as the tribunal of the Faith, has favored these abuses. Until then anyone--lay man, priest or a fortiori a bishop--could submit to the Holy Office any text, any article and ask whether the Church thought the writing was in conformity or not with Catholic doctri-ne. A month or six weeks later, the Holy Office would reply: This is cor-rect, this is false, that must be made clear; one part is true and one part fal-se... Every document was thus examined and judged definitively. Does it shock you to learn that the writings of ano-ther person could be submitted to a tribunal? But what happens in civil society? Is there not a Constitutional Council to decide what is and what is not in conformity with the Constitu-tion? Are there not tribunals to deal with cases affecting private individuals and groups? We can even ask a judge to intervene in cases of public morali-ty, against an offensive poster or against a magazine sold openly, if the cover consititutes an outrage against public morals, although the limits of what is permitted have widened consi-derably in recent times in many coun-

    tries. But in the Church, a tribunal was no longer acceptable; we could no lon-ger judge or condemn. The modernists, like the Protestants, have singled out from the gospels their favorite phrase Thou shalt not judge. But they igno-re the fact that immediately after, Our Lord said: Beware of false prophets... by their fruits you shall know them. A Catholic must not make ill-considered judgments on the faults and personal actions of his brethren, but Christ has commanded him to preserve his faith, and how can he do this without casting a critical eye upon what he is given to read or to hear? Any dubious opinion could be submitted to the magisterium; that was the purpose of the Holy Offi-ce. But since the reform, the Holy Of-fice has defined itself as the Office for Theological Research. A conside-rable difference. I remember asking Cardinal Browne, former Superior General of the Domi-nicans, who had long been at the Holy Office, Your Eminence, do you have the impression that this is a radical change, or merely superficial and out-ward? Oh no, he replied, the chan-ge is fundamental. This is why we must not be surprised if little or nothing is condemned, if the Tribunal for the Faith of the Church no longer fulfills its duty toward theolo-gians and all those who write on reli-gious topics. It follows from this that errors are everywhere. They spread from the university chairs to the cate-chisms and to the remotest parish pres-byteries. The poison of heresy ends by contaminating the whole Church. The ecclesiastical magisterium is in a very serious crisis.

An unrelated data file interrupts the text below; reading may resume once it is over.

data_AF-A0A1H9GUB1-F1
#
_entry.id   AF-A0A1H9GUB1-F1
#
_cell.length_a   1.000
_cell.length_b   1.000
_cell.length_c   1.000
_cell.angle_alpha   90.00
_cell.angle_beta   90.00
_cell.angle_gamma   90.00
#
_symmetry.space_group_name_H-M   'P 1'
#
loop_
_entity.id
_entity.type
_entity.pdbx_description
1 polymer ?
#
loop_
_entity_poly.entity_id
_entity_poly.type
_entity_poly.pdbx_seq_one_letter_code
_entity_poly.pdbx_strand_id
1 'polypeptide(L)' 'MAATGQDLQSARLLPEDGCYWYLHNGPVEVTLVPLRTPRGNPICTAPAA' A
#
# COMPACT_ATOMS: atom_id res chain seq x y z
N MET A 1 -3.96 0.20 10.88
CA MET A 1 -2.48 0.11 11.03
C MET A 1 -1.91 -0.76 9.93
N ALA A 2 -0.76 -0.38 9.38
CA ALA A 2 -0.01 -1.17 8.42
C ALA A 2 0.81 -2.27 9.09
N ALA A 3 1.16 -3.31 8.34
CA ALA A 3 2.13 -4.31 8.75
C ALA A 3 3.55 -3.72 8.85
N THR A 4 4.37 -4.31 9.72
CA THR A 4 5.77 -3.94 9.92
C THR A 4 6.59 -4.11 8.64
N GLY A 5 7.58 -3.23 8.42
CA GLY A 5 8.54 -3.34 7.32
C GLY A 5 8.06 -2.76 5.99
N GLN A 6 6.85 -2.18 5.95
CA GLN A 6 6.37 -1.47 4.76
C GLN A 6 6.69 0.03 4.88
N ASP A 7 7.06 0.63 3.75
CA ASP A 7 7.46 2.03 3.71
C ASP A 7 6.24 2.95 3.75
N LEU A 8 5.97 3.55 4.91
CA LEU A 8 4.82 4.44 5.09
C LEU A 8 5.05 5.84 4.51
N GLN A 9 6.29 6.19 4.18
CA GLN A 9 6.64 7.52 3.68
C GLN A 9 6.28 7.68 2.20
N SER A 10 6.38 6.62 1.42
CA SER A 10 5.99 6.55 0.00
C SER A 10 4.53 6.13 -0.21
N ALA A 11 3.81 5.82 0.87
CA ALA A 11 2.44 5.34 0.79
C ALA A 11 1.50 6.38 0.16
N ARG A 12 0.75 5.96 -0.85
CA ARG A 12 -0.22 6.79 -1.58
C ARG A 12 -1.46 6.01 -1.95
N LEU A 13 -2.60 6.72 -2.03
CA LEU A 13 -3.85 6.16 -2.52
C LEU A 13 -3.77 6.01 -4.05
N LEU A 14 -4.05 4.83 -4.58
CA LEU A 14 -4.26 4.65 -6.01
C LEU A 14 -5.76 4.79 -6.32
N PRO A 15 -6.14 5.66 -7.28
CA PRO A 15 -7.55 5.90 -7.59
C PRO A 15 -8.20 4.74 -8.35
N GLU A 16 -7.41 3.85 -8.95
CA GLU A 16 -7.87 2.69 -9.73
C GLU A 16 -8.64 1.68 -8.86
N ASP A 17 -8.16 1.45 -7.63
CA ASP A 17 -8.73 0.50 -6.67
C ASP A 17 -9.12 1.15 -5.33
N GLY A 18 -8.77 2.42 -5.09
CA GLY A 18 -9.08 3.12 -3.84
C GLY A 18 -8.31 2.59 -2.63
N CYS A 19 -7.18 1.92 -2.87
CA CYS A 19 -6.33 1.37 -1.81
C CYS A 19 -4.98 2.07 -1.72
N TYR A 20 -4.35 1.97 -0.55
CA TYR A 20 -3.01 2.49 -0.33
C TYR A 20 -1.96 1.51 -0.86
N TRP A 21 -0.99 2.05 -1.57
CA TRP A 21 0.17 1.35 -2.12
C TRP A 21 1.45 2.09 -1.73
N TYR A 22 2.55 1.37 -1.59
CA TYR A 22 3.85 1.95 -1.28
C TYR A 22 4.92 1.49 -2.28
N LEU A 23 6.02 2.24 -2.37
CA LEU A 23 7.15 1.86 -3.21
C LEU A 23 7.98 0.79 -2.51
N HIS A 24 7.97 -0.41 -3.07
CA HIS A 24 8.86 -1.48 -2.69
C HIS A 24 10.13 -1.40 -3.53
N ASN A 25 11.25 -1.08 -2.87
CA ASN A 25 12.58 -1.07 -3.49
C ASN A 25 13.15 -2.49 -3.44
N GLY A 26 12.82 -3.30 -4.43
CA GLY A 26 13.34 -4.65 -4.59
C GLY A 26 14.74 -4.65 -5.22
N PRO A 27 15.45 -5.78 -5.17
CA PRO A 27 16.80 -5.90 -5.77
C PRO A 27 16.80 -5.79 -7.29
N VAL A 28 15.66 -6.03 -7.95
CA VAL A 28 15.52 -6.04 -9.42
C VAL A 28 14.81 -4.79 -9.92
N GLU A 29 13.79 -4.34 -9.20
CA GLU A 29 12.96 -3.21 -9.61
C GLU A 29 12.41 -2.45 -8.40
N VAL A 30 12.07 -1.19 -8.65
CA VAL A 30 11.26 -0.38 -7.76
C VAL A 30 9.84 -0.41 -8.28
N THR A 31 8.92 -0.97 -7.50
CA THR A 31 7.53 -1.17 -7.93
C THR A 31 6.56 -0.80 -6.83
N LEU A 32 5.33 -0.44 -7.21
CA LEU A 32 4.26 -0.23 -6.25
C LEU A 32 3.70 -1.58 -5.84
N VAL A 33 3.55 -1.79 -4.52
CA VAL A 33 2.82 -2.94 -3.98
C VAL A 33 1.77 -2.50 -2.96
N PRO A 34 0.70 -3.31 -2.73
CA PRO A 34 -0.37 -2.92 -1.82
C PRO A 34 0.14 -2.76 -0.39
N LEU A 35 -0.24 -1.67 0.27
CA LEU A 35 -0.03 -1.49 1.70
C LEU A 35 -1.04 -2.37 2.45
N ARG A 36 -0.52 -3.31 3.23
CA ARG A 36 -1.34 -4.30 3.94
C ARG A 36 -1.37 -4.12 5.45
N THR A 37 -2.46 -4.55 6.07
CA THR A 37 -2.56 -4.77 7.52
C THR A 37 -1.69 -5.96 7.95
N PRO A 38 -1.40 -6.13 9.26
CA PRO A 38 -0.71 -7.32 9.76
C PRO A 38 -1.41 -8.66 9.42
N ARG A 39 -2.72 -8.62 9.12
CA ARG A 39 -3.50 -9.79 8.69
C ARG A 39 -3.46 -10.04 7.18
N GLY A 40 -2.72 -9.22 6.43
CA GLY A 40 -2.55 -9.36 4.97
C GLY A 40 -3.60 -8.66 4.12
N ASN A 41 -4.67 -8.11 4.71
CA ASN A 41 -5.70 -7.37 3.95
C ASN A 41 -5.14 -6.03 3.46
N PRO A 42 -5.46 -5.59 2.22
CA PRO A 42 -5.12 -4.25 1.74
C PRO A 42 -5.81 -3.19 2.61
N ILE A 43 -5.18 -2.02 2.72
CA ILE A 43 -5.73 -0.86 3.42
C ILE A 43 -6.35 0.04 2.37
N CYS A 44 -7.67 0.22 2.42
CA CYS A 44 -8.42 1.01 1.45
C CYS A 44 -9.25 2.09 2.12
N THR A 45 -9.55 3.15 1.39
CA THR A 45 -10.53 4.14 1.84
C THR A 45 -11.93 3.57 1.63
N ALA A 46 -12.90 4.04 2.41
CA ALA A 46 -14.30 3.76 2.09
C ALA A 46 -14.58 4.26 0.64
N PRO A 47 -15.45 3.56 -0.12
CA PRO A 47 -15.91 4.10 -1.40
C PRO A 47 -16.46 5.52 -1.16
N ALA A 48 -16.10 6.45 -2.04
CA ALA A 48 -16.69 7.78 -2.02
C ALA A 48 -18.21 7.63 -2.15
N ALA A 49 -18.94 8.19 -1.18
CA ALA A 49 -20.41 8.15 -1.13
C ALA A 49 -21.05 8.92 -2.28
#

October 2012 St John's Bulletin 5

    five-year renewable term and a member of the Pontifical Council for Promoting Christian Unity As a personal friend of Pope Benedict XVI, he has been charged with preparing the publication of the Opera Omnia: a series of books that will collect, in a sin-gle edition, all the writings of the current pope. Indeed, he worked closely with the then Cardinal Ratzinger on the Interna-tional Theological Commission under John-Paul II, the same commission which attempted to jettison the doctrine of Limbo-a project whose central thesis landed in a published document of doc-trinal ambiguity under the pontificate of Benedict XVI. In his diocese Bishop Mller is known for his acts against pro-choice politicians and the firm way he disciplined critical priests and handled the lay movement We are the Church. The 64-year-old prelate said once: I am not addicted to conflict, but not addicted to harmony either! But he has made no secret either in the past few years of his negative attitude, indeed hos-tility, towards the Society of St Pius X. Mller is a pupil and friend of Gustavo Gutierrez, the father of Latin-American liberation theology. From 1988 to date, he has travelled to Peru every year to follow the courses taught by his mentor who converted him to this theological theory. He frequented a few theological work-shops in the seminaries of Cusco, Lima, and Callao, and while there, stayed with the poor in the neighbourhoods of Lima, and the farmers of Diego Irrazaval parish in the vicinity of Lake Titicaca, which is on the border with Bolivia. He spent his vacations there helping with pastoral work. In November 2008, he was awarded with a doctorate at the Pontifical Catholic University of Peru (PUCP), (the same university that is currently involved in a